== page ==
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Friday, Jun 2, 2023

Hundreds of students gather for vigil honoring Daunte Wright

More than 200 students gathered outside on the McCullough lawn the evening of April 24 to honor the life of Daunte Wright, Adam Toledo and other victims of police brutality. Huddled under umbrellas and rain jackets, they sheltered their candles from the cold drizzle as they listened to speeches and observed multiple moments of silence in honor of the lives lost.

Jarlenys Mendez ’23 spearheaded the vigil to hold space on campus for students mourning the life of Daunte Wright.

“There’s so little chance we get to stop and pause to show respect and honor for the victims,” Mendez said in an interview with The Campus. “Especially with how fast-paced the school moves, it’s important to take a pause to recognize the real world and not be stuck in the Middlebury bubble.”

Across the country, protesters have poured onto streets to express anger and demand justice for Wright. Mendez was actively involved in protests in New York City for the Black Lives Matter movement, and she was inspired to pursue activism at Middlebury.

Daunte Wright’s funeral was held on April 22, where he was remembered as an outgoing young man and the father of a two-year-old toddler. Mendez, whose own father was 19 years old when she was born, said the event hit close to home for her emotionally.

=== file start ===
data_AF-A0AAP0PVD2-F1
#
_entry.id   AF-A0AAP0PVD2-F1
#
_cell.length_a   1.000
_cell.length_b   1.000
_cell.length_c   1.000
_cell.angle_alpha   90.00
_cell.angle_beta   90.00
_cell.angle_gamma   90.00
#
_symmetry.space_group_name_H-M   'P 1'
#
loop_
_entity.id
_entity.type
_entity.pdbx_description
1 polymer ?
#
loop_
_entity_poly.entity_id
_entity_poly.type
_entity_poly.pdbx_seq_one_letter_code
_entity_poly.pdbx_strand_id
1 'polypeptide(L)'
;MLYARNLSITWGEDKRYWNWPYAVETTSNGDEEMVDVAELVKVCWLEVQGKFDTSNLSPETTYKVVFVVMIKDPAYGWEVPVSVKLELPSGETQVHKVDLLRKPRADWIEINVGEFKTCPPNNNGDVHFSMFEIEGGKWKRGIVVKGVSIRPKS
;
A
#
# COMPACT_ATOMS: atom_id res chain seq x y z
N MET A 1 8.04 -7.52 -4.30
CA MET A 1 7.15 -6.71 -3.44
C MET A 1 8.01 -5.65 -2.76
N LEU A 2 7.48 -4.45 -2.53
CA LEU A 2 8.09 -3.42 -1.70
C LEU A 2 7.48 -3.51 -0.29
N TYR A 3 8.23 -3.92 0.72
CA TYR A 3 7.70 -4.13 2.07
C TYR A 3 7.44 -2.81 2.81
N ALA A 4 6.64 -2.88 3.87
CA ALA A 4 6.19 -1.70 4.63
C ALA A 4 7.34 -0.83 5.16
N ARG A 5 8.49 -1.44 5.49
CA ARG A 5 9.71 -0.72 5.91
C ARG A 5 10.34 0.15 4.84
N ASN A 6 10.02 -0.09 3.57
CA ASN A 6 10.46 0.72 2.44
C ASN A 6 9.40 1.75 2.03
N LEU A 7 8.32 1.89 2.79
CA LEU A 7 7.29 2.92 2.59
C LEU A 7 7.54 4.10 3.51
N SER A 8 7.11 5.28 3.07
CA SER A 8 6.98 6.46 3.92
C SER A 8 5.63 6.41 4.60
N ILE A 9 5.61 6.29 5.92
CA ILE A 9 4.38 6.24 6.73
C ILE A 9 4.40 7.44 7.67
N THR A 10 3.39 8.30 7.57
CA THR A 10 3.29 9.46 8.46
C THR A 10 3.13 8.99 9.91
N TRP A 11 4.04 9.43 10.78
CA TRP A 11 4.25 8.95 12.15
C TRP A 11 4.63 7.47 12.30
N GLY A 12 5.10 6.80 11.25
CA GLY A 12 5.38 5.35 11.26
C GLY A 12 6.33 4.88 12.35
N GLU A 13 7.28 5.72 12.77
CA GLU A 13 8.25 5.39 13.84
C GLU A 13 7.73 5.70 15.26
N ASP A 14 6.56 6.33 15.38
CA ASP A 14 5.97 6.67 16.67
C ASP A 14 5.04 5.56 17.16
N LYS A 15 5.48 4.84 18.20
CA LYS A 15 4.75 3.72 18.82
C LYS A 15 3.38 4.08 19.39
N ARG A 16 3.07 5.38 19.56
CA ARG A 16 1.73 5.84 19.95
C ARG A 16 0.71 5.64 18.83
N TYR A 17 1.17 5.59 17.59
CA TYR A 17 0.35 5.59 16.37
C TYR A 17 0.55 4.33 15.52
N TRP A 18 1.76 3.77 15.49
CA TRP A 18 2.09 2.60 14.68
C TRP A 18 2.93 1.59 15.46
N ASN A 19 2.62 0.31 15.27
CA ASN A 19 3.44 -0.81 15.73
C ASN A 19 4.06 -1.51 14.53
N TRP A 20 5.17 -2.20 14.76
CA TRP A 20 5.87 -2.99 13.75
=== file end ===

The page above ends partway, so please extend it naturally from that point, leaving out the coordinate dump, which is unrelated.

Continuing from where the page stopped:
“Seeing his child was definitely painful,” Mendez said. “And to think that at that age to lose your life and leave your child behind you. I’m just sick of it. Each time I hear about another victim — it’s a lot.”

Genesis Rodriguez ’23, who attended the vigil, said the atmosphere was heavy with the mourning shared between the students. To Rodriguez, it is the responsibility of Middlebury students to acknowledge the events happening in the world.

“We’re in such a privileged space, so it feels necessary to show up for these issues,” Rodriguez said. “These might be conversations I have with my friends, [but], in general they are not talked about on campus.”

Although the number of white students at the vigil outweighed the number of students of color, Mendez hoped that such a reality did not drown out the presence of BIPOC students at the event — who she said needed the space for healing.

“White people tend to make a lot of things about them, and this vigil wasn’t for white people to feel better. It’s not for them to show they’re here for us. It’s never about the white people,” said Mendez, “I hope they can step aside and acknowledge what is happening, internally and physically by being there.”